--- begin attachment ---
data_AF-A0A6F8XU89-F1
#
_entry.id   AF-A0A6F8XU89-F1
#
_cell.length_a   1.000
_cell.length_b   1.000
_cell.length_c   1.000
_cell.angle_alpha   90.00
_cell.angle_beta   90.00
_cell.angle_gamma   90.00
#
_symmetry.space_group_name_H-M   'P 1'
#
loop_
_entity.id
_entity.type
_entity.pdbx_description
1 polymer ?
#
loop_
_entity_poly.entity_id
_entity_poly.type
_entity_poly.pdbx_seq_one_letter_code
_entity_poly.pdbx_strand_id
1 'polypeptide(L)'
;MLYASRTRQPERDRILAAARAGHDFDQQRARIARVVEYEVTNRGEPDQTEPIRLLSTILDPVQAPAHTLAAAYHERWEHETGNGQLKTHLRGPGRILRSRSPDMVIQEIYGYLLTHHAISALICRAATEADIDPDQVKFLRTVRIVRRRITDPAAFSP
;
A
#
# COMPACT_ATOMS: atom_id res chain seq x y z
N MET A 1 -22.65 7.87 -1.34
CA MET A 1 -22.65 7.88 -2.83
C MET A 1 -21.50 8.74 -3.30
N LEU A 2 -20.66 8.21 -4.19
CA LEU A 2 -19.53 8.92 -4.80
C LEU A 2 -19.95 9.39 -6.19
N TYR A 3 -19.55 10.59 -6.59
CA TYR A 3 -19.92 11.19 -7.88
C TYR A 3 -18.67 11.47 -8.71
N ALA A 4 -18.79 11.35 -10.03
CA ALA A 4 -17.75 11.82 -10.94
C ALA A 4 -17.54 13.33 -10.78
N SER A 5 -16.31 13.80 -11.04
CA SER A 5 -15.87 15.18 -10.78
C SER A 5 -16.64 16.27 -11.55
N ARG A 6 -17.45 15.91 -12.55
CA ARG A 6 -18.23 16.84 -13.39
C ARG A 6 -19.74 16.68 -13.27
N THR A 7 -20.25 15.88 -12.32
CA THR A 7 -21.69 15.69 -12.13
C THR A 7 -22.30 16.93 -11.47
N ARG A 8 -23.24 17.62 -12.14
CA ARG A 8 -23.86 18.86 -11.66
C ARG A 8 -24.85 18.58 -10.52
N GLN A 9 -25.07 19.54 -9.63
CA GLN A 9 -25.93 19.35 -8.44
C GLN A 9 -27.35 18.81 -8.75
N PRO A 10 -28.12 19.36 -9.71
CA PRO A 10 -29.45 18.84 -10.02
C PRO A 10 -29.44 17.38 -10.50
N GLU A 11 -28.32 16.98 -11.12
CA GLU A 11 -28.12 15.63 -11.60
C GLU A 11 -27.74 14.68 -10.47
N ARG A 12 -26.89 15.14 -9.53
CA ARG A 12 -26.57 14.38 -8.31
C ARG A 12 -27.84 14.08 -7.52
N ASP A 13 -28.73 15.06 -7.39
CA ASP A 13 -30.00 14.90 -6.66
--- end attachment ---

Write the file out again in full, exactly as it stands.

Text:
data_AF-A0A6F8XU89-F1
#
_entry.id   AF-A0A6F8XU89-F1
#
_cell.length_a   1.000
_cell.length_b   1.000
_cell.length_c   1.000
_cell.angle_alpha   90.00
_cell.angle_beta   90.00
_cell.angle_gamma   90.00
#
_symmetry.space_group_name_H-M   'P 1'
#
loop_
_entity.id
_entity.type
_entity.pdbx_description
1 polymer ?
#
loop_
_entity_poly.entity_id
_entity_poly.type
_entity_poly.pdbx_seq_one_letter_code
_entity_poly.pdbx_strand_id
1 'polypeptide(L)'
;MLYASRTRQPERDRILAAARAGHDFDQQRARIARVVEYEVTNRGEPDQTEPIRLLSTILDPVQAPAHTLAAAYHERWEHETGNGQLKTHLRGPGRILRSRSPDMVIQEIYGYLLTHHAISALICRAATEADIDPDQVKFLRTVRIVRRRITDPAAFSP
;
A
#
# COMPACT_ATOMS: atom_id res chain seq x y z
N MET A 1 -22.65 7.87 -1.34
CA MET A 1 -22.65 7.88 -2.83
C MET A 1 -21.50 8.74 -3.30
N LEU A 2 -20.66 8.21 -4.19
CA LEU A 2 -19.53 8.92 -4.80
C LEU A 2 -19.95 9.39 -6.19
N TYR A 3 -19.55 10.59 -6.59
CA TYR A 3 -19.92 11.19 -7.88
C TYR A 3 -18.67 11.47 -8.71
N ALA A 4 -18.79 11.35 -10.03
CA ALA A 4 -17.75 11.82 -10.94
C ALA A 4 -17.54 13.33 -10.78
N SER A 5 -16.31 13.80 -11.04
CA SER A 5 -15.87 15.18 -10.78
C SER A 5 -16.64 16.27 -11.55
N ARG A 6 -17.45 15.91 -12.55
CA ARG A 6 -18.23 16.84 -13.39
C ARG A 6 -19.74 16.68 -13.27
N THR A 7 -20.25 15.88 -12.32
CA THR A 7 -21.69 15.69 -12.13
C THR A 7 -22.30 16.93 -11.47
N ARG A 8 -23.24 17.62 -12.14
CA ARG A 8 -23.86 18.86 -11.66
C ARG A 8 -24.85 18.58 -10.52
N GLN A 9 -25.07 19.54 -9.63
CA GLN A 9 -25.93 19.35 -8.44
C GLN A 9 -27.35 18.81 -8.75
N PRO A 10 -28.12 19.36 -9.71
CA PRO A 10 -29.45 18.84 -10.02
C PRO A 10 -29.44 17.38 -10.50
N GLU A 11 -28.32 16.98 -11.12
CA GLU A 11 -28.12 15.63 -11.60
C GLU A 11 -27.74 14.68 -10.47
N ARG A 12 -26.89 15.14 -9.53
CA ARG A 12 -26.57 14.38 -8.31
C ARG A 12 -27.84 14.08 -7.52
N ASP A 13 -28.73 15.06 -7.39
CA ASP A 13 -30.00 14.90 -6.66